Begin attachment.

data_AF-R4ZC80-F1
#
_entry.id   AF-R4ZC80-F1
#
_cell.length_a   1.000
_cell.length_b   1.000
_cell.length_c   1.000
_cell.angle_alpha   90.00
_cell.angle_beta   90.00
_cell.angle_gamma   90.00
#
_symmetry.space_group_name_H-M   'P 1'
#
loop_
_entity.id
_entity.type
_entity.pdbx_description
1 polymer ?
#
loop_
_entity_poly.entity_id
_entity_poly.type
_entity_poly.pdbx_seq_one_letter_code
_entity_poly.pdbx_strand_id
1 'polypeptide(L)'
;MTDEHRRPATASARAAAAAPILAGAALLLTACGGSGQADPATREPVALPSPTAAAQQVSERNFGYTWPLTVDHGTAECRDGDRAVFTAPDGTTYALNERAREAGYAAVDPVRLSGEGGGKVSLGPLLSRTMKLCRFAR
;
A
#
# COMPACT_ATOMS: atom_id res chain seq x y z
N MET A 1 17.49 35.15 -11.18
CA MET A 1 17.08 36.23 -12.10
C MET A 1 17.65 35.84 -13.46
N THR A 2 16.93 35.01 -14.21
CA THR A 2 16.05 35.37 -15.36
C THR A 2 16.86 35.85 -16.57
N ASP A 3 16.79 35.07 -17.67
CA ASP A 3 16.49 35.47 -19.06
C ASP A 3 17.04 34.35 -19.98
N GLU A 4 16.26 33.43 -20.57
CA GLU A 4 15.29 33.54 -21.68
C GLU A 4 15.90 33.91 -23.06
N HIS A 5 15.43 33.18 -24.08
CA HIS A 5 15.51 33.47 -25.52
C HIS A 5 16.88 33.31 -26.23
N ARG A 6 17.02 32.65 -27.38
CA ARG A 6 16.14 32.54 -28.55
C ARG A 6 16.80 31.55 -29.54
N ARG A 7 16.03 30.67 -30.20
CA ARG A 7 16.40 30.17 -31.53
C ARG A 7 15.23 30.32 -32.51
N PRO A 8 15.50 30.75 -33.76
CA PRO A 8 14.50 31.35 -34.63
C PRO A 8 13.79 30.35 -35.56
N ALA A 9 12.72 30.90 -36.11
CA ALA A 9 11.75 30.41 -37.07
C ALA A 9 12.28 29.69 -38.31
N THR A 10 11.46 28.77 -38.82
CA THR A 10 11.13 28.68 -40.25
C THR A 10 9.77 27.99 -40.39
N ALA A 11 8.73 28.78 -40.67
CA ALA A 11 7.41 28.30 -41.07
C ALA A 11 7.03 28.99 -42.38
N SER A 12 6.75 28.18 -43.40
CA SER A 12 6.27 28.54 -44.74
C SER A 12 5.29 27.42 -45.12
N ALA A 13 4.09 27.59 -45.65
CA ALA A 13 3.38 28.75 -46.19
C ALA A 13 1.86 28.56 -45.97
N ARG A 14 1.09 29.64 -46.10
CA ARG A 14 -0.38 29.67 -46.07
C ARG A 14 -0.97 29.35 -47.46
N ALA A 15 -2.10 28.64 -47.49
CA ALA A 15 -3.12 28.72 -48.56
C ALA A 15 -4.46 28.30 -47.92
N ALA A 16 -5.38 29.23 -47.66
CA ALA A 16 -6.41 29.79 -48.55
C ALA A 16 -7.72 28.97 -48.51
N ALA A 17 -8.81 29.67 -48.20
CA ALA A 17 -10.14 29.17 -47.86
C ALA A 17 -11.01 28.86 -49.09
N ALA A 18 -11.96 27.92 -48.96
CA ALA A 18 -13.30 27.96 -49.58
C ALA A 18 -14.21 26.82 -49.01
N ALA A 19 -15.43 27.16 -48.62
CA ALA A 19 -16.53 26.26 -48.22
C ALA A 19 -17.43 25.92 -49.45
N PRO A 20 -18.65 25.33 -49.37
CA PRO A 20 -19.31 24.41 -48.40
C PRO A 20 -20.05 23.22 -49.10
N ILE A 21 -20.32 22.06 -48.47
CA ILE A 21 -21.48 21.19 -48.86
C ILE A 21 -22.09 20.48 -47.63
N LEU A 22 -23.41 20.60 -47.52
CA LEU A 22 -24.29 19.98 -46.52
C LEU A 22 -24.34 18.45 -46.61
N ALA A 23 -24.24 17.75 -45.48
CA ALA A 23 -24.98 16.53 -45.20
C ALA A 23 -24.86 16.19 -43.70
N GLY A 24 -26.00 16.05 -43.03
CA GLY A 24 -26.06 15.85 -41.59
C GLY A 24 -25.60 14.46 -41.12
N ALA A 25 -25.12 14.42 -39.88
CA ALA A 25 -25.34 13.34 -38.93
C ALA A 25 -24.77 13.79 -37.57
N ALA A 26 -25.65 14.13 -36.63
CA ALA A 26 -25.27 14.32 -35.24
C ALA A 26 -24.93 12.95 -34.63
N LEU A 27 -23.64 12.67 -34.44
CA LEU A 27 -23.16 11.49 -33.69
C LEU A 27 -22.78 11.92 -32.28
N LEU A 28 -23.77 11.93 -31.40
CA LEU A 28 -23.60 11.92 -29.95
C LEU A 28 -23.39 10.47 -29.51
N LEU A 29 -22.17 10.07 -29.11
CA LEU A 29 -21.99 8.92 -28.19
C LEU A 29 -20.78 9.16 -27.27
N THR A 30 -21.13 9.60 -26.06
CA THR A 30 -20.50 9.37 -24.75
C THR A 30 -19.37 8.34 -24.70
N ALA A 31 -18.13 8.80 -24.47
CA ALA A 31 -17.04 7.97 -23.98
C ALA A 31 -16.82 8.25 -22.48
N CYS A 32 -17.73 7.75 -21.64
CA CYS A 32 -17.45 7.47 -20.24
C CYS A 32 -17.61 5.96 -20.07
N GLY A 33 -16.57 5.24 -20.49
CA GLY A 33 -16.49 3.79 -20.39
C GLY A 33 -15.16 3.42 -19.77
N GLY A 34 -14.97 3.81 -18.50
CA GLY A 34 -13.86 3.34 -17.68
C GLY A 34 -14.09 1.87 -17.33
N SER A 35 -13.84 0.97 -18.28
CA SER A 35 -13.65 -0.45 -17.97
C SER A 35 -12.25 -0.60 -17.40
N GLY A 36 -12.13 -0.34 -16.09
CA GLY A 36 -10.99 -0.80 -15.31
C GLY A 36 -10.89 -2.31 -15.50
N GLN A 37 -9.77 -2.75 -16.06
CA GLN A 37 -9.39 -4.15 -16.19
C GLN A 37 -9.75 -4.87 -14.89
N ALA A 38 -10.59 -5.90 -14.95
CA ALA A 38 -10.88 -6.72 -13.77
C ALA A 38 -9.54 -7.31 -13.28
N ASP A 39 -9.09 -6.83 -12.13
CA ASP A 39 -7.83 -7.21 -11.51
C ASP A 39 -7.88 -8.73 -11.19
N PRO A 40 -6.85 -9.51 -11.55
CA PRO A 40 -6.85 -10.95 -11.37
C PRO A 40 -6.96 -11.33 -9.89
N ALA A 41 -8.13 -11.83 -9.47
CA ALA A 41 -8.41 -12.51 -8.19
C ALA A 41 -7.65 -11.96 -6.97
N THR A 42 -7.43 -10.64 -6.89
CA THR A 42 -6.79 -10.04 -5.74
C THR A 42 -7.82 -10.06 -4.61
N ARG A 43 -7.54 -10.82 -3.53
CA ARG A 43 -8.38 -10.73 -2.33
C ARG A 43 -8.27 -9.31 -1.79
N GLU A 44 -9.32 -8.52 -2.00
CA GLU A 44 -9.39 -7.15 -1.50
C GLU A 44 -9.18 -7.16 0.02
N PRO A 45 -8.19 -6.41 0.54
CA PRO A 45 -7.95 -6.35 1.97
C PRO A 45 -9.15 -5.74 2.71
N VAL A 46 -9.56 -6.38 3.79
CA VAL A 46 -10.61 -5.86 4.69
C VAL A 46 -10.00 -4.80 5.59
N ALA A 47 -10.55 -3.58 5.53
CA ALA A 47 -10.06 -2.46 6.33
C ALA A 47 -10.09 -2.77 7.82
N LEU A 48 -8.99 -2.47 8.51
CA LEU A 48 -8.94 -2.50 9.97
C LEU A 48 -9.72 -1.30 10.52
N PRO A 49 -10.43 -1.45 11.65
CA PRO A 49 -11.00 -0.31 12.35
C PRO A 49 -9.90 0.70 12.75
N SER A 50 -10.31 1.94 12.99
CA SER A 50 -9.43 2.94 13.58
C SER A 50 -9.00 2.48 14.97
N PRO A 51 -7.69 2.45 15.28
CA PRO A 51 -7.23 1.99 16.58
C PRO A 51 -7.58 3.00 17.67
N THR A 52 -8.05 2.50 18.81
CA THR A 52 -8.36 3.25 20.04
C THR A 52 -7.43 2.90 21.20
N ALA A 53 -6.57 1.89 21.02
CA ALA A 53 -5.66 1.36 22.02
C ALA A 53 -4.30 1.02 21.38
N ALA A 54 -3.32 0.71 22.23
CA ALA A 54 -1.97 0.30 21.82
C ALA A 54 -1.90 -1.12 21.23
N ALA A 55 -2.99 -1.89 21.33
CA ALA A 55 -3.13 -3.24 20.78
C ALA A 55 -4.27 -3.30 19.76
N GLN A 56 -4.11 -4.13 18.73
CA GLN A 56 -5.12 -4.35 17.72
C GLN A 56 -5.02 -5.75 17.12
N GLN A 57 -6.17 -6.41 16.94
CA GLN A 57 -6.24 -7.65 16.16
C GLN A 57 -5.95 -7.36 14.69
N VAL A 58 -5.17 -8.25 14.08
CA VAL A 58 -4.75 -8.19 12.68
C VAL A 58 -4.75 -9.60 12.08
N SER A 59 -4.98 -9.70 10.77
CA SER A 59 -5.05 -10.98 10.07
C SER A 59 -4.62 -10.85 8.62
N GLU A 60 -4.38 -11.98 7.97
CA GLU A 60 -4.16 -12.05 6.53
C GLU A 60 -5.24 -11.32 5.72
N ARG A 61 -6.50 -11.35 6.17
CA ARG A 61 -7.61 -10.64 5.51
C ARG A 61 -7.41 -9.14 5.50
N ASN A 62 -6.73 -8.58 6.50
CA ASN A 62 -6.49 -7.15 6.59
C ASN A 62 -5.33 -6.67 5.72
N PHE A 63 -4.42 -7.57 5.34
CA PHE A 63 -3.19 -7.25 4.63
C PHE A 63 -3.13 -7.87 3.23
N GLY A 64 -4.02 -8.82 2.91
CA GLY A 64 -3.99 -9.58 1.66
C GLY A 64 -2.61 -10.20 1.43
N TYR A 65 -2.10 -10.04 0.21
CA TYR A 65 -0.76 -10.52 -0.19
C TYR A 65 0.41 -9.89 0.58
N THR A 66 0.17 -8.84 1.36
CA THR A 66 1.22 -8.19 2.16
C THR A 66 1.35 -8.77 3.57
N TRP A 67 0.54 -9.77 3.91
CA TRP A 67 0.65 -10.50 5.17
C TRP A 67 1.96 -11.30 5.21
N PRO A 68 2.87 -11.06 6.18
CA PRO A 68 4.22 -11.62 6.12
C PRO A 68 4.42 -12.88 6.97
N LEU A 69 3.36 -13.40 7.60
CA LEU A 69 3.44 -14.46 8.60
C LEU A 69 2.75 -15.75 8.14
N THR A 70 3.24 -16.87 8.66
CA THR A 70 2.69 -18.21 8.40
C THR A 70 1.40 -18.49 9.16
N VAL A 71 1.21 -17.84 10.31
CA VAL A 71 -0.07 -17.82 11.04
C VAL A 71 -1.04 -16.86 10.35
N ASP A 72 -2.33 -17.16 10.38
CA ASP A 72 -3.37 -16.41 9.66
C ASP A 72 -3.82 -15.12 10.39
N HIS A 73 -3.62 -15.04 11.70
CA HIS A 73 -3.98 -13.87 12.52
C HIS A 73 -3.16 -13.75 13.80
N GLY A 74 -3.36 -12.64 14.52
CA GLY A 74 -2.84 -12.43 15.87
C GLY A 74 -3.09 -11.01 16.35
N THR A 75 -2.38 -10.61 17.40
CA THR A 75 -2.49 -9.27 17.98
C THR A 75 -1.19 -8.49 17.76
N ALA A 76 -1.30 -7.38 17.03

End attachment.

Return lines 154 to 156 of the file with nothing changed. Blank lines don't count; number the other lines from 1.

N THR A 42 -7.43 -10.64 -6.89
CA THR A 42 -6.79 -10.04 -5.74
C THR A 42 -7.82 -10.06 -4.61